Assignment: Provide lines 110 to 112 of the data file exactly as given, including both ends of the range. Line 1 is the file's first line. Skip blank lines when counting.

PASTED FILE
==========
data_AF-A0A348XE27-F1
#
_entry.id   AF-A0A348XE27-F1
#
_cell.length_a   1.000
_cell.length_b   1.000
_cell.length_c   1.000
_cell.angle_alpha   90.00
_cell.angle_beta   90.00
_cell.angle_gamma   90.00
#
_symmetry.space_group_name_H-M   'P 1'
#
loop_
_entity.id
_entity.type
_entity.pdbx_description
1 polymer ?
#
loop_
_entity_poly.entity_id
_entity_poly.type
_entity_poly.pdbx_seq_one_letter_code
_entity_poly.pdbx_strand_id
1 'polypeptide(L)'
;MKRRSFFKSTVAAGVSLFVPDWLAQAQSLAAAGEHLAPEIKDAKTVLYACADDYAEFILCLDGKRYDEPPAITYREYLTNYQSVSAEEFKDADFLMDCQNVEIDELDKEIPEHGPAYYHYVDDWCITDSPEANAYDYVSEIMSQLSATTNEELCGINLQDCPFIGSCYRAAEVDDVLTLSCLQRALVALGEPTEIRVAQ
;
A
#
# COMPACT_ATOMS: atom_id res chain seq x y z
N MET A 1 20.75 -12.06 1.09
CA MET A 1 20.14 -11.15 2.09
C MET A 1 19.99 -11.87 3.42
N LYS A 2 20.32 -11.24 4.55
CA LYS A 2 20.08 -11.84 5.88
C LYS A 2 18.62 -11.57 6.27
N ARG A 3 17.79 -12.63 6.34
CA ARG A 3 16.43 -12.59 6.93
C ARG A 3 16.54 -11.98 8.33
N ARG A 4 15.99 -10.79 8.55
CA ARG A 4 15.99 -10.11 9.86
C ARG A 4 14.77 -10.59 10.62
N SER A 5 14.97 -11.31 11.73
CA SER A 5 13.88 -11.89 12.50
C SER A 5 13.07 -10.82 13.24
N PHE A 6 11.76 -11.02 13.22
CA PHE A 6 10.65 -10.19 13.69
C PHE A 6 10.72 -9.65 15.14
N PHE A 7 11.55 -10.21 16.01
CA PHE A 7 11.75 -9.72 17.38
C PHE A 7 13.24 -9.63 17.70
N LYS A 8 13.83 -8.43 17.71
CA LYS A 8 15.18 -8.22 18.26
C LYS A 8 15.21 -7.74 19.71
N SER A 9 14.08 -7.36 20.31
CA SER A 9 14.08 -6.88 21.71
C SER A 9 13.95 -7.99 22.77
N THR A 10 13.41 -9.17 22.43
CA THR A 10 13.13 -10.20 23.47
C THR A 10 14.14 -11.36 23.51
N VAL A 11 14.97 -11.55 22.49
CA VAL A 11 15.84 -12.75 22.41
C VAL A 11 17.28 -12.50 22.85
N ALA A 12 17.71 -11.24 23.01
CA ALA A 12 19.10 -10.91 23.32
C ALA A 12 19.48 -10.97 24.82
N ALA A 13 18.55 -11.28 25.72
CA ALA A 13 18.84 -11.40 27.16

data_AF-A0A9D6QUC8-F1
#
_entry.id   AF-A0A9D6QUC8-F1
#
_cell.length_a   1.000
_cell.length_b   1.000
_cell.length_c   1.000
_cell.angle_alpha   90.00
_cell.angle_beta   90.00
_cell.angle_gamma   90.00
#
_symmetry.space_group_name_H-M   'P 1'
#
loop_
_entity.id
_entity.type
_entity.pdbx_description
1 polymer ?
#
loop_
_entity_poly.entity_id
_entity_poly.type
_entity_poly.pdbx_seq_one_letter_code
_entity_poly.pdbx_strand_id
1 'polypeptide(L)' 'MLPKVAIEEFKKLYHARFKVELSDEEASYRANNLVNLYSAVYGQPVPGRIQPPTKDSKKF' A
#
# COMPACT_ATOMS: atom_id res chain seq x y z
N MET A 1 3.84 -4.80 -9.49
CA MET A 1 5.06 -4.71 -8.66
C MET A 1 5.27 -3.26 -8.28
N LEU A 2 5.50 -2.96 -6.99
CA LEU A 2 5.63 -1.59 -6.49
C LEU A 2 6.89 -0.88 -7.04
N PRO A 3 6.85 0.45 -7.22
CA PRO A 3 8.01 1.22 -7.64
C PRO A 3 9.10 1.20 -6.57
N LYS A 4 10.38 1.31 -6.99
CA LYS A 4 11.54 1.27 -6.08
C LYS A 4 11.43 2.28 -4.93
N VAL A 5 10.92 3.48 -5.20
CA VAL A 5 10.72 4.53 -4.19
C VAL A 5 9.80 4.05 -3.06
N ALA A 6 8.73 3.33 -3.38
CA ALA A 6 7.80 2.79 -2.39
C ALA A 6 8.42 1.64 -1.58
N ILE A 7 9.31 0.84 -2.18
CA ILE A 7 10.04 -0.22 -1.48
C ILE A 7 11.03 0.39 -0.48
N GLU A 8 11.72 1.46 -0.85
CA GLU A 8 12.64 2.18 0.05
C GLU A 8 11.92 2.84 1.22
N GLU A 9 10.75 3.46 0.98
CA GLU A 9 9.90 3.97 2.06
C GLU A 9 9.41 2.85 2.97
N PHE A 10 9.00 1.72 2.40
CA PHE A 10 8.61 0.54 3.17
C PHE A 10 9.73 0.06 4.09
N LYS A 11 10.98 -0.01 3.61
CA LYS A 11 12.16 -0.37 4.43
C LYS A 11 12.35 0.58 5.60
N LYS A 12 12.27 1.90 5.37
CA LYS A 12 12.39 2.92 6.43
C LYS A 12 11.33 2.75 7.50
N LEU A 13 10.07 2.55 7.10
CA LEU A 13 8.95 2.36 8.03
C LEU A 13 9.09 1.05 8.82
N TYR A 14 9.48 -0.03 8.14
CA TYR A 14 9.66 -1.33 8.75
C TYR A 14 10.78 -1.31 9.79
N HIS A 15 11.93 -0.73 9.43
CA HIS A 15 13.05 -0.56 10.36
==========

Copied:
C VAL A 5 9.80 4.05 -3.06
N ALA A 6 8.73 3.33 -3.38
CA ALA A 6 7.80 2.79 -2.39